Effects of Cross and Self Fertilisation in the Vegetable Kingdom eBook

This eBook from the Gutenberg Project consists of approximately 516 pages of information about Effects of Cross and Self Fertilisation in the Vegetable Kingdom.
been said on the extreme sensitiveness and delicate affinities of the reproductive system, why should we feel any surprise at the sexual elements of those forms, which we call species, having been differentiated in such a manner that they are incapable or only feebly capable of acting on one another?  We know that species have generally lived under the same conditions, and have retained their own proper characters, for a much longer period than varieties.  Long-continued domestication eliminates, as I have shown in my ‘Variation under Domestication,’ the mutual sterility which distinct species lately taken from a state of nature almost always exhibit when intercrossed; and we can thus understand the fact that the most different domestic races of animals are not mutually sterile.  But whether this holds good with cultivated varieties of plants is not known, though some facts indicate that it does.  The elimination of sterility through long-continued domestication may probably be attributed to the varying conditions to which our domestic animals have been subjected; and no doubt it is owing to this same cause that they withstand great and sudden changes in their conditions of life with far less loss of fertility than do natural species.  From these several considerations it appears probable that the difference in the affinities of the sexual elements of distinct species, on which their mutual incapacity for breeding together depends, is caused by their having been habituated for a very long period each to its own conditions, and to the sexual elements having thus acquired firmly fixed affinities.  However this may be, with the two great classes of cases before us, namely, those relating to the self-fertilisation and cross-fertilisation of the individuals of the same species, and those relating to the illegitimate and legitimate unions of heterostyled plants, it is quite unjustifiable to assume that the sterility of species when first crossed and of their hybrid offspring, indicates that they differ in some fundamental manner from the varieties or individuals of the same species.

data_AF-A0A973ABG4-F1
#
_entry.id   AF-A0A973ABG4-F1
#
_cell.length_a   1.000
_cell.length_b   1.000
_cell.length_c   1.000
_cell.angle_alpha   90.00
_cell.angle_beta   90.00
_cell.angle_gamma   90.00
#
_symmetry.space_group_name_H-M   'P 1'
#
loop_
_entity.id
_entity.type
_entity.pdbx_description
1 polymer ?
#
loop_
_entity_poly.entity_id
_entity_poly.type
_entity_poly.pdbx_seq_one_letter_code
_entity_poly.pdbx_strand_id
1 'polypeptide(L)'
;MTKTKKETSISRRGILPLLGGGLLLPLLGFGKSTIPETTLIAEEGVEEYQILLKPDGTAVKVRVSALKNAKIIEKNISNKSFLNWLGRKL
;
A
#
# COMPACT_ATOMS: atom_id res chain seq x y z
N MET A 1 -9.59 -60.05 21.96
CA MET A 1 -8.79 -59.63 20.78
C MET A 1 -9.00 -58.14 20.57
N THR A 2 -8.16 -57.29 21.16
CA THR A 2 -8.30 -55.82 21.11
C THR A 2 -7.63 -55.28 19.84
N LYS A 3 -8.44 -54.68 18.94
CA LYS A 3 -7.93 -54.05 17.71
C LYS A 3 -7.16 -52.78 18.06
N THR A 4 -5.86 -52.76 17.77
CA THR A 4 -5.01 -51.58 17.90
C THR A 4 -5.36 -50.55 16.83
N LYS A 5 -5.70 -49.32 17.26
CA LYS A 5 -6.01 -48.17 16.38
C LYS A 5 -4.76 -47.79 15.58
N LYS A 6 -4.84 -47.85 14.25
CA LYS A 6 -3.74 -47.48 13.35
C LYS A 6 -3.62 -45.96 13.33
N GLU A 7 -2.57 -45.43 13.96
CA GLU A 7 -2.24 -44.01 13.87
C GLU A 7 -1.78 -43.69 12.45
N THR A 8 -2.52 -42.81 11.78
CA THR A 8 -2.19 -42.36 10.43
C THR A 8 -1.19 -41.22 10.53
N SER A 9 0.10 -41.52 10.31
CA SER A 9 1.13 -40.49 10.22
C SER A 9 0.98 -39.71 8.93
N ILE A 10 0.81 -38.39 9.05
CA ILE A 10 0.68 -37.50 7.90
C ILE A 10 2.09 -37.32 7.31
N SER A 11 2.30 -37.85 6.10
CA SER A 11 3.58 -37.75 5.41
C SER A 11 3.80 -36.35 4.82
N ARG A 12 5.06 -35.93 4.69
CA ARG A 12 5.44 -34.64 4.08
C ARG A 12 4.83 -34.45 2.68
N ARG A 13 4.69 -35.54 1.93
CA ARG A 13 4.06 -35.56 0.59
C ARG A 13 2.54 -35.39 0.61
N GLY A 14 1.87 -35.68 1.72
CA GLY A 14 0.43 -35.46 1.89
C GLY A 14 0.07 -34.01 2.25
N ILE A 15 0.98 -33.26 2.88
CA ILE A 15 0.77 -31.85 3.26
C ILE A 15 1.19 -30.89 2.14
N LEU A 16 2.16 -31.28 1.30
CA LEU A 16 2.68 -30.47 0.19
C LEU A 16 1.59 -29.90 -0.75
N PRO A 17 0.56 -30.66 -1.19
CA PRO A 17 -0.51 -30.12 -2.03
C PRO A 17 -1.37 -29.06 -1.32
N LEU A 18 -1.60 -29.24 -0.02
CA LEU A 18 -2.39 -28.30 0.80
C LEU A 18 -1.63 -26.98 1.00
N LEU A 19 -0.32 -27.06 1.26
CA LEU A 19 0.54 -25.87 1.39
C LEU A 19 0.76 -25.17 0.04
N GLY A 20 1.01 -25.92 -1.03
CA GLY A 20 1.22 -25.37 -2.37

Abutilon darwinii, self-sterile in Brazil. moderately self-fertile in England. fertilised by birds.

Acacia sphaerocephala.


Aconitum napellus.

Adlumia cirrhosa.

Adonis aestivalis. measurements. relative heights of crossed and self-fertilised plants. self-fertile.

Ajuga reptans.

Allium cepa (blood-red var.)

Anagallis collina (var. grandiflora). measurements. seeds.

Anderson, J., on the Calceolaria.
removing the corollas.


Anemophilous plants.
often diclinous.

Antirrhinum majus (red var.) perforated corolla. —­(white var.). —­(peloric var.).

Apium petroselinum.
result of experiments.

Argemone ochroleuca.

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Effects of Cross and Self Fertilisation in the Vegetable Kingdom from Project Gutenberg. Public domain.
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